Eshita: How could we share these design goals and what excited our designers with people through Sony branding for BRAVIA and other home entertainment products? That was my role, and my work ranged from organizing the Monolithic Design concept (concept-building) to helping us tell the story of this development in promotional communication.
I asked myself many questions. What values of ours could we share with consumers? What exactly was this shift in values we sought? In each case, Monolithic Design yielded compelling answers. The first time I saw mock-ups, I sensed how promising they were as unprecedented products that could set a new standard.
I also anticipated that we would need a user interface that matched the product design better, and that we must develop a new image for the UI.
Nishizawa: You'll notice the familiar Xross Media Bar (XMB) in the user interface, but it has been refined in subtle ways.
On the screen, the graphics seem to hover over the glass panel, supporting the Monolithic Design theme. Our product designers and engineers both applied a little ingenuity to make it happen. In the UI design as well, edges fade into blackness and other subtle visual cues make the displayed interface seem integrated into the product itself.
On-screen lighting effects give an impression of depth and direct your attention to what you should focus on (which seems to float). These touches make controlling the set enjoyable. Once you access Favorites, for example, the main screen drops into the background, and the illuminated options in front of you hover over it.
You'll also notice that instead of a yellow glow to indicate selected items, there's a new prismatic effect. The effect builds on colors in underlying images, so it's both natural-looking and beautiful. You can see how carefully the glow is rendered, too. The selector seems to pulsate, as if breathing, and it changes color over time.
These and many other details contribute to well-integrated product and interface design, rounding out the Monolithic Design and sense of presence the sets convey.
Eshita: In promotional material as well (especially visual communication), we make sure you can appreciate the freshness of Monolithic Design and the values it represents, not to mention the attitudes of our designers.
There are many things to admire in the Sony entertainment ecosystem: superb picture and audio quality, Internet connectivity for access to much more content, and intelligent features that respond to the installation environment, for example.
To demonstrate that Sony home entertainment products have truly changed and excite you about transforming your own living room with a new television, we focused on how fresh Monolithic Design feels—a sense of presence that sets the tone for the room as a whole. Some promotional material draws on a study we conducted after expressing the ambiance of Monolithic Design visually, in order to convey how it can change a living room (and in what ways) clearly.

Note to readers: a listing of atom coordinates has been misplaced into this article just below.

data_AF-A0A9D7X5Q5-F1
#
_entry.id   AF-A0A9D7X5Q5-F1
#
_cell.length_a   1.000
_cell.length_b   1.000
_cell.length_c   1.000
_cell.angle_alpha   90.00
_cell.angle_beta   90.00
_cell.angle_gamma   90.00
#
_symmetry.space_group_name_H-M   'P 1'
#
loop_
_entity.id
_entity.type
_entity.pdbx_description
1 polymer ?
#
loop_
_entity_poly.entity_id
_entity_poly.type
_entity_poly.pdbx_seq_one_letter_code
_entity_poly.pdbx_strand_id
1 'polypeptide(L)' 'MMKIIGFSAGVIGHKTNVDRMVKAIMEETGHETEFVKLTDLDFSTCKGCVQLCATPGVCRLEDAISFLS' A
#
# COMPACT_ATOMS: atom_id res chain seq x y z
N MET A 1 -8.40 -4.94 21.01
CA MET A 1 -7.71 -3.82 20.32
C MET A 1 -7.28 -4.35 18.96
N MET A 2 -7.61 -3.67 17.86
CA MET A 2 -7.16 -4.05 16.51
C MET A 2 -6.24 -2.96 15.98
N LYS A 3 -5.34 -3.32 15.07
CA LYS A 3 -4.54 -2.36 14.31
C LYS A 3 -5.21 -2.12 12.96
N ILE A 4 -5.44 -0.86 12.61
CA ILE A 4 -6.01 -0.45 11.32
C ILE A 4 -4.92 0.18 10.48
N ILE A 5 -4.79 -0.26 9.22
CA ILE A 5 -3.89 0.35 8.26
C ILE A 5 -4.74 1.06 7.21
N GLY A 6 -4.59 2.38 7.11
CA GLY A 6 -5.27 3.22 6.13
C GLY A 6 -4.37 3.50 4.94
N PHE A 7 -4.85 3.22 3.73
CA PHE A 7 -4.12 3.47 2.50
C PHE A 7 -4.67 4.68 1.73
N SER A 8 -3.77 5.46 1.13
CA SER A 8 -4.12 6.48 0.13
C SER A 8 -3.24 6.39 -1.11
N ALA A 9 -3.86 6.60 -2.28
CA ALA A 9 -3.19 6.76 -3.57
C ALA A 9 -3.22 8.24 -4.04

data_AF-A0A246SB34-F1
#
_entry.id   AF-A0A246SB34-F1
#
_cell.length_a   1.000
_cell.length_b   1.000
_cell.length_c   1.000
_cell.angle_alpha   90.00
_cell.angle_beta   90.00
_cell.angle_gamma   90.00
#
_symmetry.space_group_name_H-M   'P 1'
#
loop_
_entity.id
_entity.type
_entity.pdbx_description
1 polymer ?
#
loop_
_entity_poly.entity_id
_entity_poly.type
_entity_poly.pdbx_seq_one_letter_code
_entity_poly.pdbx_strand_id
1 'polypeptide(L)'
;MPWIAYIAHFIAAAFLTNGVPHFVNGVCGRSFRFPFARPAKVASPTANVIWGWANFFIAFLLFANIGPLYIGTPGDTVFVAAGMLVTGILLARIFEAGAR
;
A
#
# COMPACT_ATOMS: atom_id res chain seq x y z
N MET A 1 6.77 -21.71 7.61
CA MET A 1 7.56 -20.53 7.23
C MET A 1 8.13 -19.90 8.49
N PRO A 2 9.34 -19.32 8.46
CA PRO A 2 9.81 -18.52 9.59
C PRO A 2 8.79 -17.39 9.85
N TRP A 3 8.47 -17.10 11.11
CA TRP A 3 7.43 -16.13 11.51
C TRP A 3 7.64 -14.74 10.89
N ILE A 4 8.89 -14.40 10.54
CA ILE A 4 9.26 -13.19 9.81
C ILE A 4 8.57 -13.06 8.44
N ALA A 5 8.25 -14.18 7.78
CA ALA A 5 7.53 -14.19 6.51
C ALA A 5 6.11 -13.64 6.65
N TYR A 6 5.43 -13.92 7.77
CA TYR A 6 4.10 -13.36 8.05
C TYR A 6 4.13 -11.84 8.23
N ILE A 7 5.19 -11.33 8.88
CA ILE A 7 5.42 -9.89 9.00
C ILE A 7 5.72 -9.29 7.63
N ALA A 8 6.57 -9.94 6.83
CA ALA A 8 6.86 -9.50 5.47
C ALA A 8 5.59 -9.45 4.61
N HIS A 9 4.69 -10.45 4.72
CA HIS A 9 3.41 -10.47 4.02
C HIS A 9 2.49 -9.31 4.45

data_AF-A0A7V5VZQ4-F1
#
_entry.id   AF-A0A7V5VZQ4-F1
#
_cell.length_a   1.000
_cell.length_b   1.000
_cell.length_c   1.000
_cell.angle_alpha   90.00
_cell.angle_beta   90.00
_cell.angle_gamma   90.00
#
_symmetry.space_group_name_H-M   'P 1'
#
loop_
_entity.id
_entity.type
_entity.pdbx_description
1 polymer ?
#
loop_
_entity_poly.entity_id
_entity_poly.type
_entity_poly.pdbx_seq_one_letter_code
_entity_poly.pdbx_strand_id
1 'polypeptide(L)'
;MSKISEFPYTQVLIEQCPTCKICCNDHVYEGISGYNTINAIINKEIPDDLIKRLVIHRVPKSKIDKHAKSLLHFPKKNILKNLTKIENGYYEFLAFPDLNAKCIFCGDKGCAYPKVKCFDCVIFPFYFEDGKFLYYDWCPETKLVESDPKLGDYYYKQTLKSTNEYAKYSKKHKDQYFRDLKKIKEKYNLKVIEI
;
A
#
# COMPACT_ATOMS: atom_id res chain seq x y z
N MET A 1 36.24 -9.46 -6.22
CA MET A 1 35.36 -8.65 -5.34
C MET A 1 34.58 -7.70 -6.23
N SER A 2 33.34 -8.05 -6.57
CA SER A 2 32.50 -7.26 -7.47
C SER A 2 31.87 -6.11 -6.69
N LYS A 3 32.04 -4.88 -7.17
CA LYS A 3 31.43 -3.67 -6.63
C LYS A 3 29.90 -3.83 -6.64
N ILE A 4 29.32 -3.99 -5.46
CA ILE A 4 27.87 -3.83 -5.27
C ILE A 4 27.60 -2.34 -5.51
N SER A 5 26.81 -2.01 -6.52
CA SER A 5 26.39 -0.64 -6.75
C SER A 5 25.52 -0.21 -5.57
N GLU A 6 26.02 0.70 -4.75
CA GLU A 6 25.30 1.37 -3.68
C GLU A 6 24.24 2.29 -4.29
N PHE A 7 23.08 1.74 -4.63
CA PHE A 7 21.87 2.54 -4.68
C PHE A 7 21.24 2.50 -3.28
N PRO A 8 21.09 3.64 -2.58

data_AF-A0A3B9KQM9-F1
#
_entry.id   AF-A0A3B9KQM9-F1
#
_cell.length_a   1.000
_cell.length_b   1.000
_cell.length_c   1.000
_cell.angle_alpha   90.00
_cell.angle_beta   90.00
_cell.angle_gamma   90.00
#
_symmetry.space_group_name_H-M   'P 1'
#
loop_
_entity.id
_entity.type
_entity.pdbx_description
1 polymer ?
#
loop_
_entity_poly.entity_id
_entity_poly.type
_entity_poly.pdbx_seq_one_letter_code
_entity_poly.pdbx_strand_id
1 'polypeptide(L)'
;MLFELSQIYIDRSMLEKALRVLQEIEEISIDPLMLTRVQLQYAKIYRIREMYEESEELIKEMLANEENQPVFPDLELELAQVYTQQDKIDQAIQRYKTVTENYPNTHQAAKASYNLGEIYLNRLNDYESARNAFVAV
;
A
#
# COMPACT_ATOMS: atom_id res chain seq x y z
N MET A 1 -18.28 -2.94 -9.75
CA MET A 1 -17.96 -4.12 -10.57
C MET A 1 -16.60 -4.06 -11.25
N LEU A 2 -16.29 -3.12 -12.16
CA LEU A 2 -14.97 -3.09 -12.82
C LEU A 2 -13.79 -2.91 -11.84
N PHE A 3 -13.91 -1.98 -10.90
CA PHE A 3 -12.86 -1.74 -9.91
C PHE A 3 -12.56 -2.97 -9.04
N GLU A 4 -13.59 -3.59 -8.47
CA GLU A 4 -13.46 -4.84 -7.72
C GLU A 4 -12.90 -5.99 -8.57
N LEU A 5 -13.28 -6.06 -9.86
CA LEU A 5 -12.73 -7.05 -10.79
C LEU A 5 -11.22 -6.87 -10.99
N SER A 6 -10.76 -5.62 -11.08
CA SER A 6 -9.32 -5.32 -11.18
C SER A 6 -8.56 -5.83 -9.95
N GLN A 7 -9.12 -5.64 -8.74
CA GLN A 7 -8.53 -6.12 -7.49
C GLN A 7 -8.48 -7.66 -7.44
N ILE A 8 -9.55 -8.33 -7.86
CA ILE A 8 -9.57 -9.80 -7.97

Maesaka: Specifically, we started by preparing hundreds of visual scenarios with the Monolithic Design product group. Using this material, we set to work verifying how it met our expectations. It proved how versatile this design approach is. The products obviously blend in nicely in home environments, but they even look beautiful outdoors, in natural settings. After adding models representing people to these scenarios, we saw the potential not only of demonstrating how elegant the products are but also of showing how these lifestyles are desirable.
Good examples of Monolithic Design are simple and minimalist, but they yield fresh and fulfilling experiences for us. Focus only on product appearance, and you miss highlighting this valuable quality. What gave us the complete picture was an idea that emerged after repeated study.
In advertising, we have used some key visuals to express Monolithic Design. One visual representing the resolute presence of the home entertainment product group is the figure of a standing girl. We chose to have the TV on in the ad, which is our attempt to convey the kind of experience the television affords, so that people can recall some kind of story involving this kind of setting.
Other promotional material introduces what led to the conception of Monolithic Design. But whether in videos such as these or in the details of feature illustrations in printed brochures or online advertising, we ensure the same tone and style in a variety of publicity. We make sure our messages in advertising are consistent. Once you see what we're trying to convey in stores or on the pages of brochures, we hope you'll experience it for yourself in your own living room.
Matsuoka: We believe that Monolithic Design introduces new values in home entertainment and will motivate people to update the overall ambiance of their living room. May these products excite you about the new style of entertainment that can be yours.